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ovation

[oh-vey-shuh n]
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noun
  1. an enthusiastic public reception of a person, marked especially by loud and prolonged applause.
  2. Roman History. the ceremonial entrance into Rome of a commander whose victories were of a lesser degree of importance than that for which a triumph was accorded.Compare triumph(def 4).
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Origin of ovation

1525–35; < Latin ovātiōn- (stem of ovātiō) a rejoicing, shouting, equivalent to ovāt(us) (past participle of ovāre to rejoice) + -iōn- -ion
Related formso·va·tion·al, adjective
Dictionary.com Unabridged Based on the Random House Unabridged Dictionary, © Random House, Inc. 2018

Related Words for ovation

acclamation, acclaim, applause, testimonial, salvo, hand, cheering, praise, plaudits, tribute, laudation

Examples from the Web for ovation

Contemporary Examples of ovation

Historical Examples of ovation


British Dictionary definitions for ovation

ovation

noun
  1. an enthusiastic reception, esp one of prolonged applausea standing ovation
  2. a victory procession less glorious than a triumph awarded to a Roman general
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Derived Formsovational, adjective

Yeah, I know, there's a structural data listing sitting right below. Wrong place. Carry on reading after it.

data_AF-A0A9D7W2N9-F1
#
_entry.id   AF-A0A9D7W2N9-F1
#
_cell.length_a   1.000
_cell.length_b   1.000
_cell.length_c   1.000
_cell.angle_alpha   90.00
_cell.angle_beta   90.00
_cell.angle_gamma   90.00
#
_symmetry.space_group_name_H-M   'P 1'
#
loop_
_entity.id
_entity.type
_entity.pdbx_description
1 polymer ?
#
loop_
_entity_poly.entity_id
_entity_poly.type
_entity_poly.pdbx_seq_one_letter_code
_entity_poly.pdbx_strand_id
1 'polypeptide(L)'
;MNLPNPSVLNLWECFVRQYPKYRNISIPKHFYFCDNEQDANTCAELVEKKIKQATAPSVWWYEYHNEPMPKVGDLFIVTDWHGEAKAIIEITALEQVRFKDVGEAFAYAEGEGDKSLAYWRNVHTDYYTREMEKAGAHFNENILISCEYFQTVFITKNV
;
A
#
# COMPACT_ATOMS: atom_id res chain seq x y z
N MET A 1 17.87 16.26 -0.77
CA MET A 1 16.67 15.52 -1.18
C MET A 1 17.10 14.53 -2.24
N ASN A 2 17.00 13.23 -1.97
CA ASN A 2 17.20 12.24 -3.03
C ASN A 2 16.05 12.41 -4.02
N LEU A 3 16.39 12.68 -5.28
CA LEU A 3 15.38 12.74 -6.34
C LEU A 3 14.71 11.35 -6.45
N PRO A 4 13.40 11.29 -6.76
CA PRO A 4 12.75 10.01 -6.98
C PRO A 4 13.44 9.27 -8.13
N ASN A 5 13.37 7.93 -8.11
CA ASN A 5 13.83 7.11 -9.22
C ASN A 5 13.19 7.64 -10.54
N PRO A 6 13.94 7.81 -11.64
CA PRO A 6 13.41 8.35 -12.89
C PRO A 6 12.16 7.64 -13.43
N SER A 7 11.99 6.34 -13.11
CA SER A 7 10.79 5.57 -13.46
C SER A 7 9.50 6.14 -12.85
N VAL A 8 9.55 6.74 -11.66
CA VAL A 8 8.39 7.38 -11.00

Word Origin for ovation

C16: from Latin ovātiō rejoicing, from ovāre to exult
Collins English Dictionary - Complete & Unabridged 2012 Digital Edition © William Collins Sons & Co. Ltd. 1979, 1986 © HarperCollins Publishers 1998, 2000, 2003, 2005, 2006, 2007, 2009, 2012

Word Origin and History for ovation

n.

1530s, in the Roman historical sense, from Middle French ovation or directly from Latin ovationem (nominative ovatio) "a triumph, rejoicing," noun of action from past participle stem of ovare "exult, rejoice, triumph," probably imitative of a shout (cf. Greek euazein "to utter cries of joy"). In Roman history, a lesser triumph, granted to a commander for achievements insufficient to entitle him to a triumph proper. Figurative sense of "burst of enthusiastic applause from a crowd" is first attested 1831.

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Online Etymology Dictionary, © 2010 Douglas Harper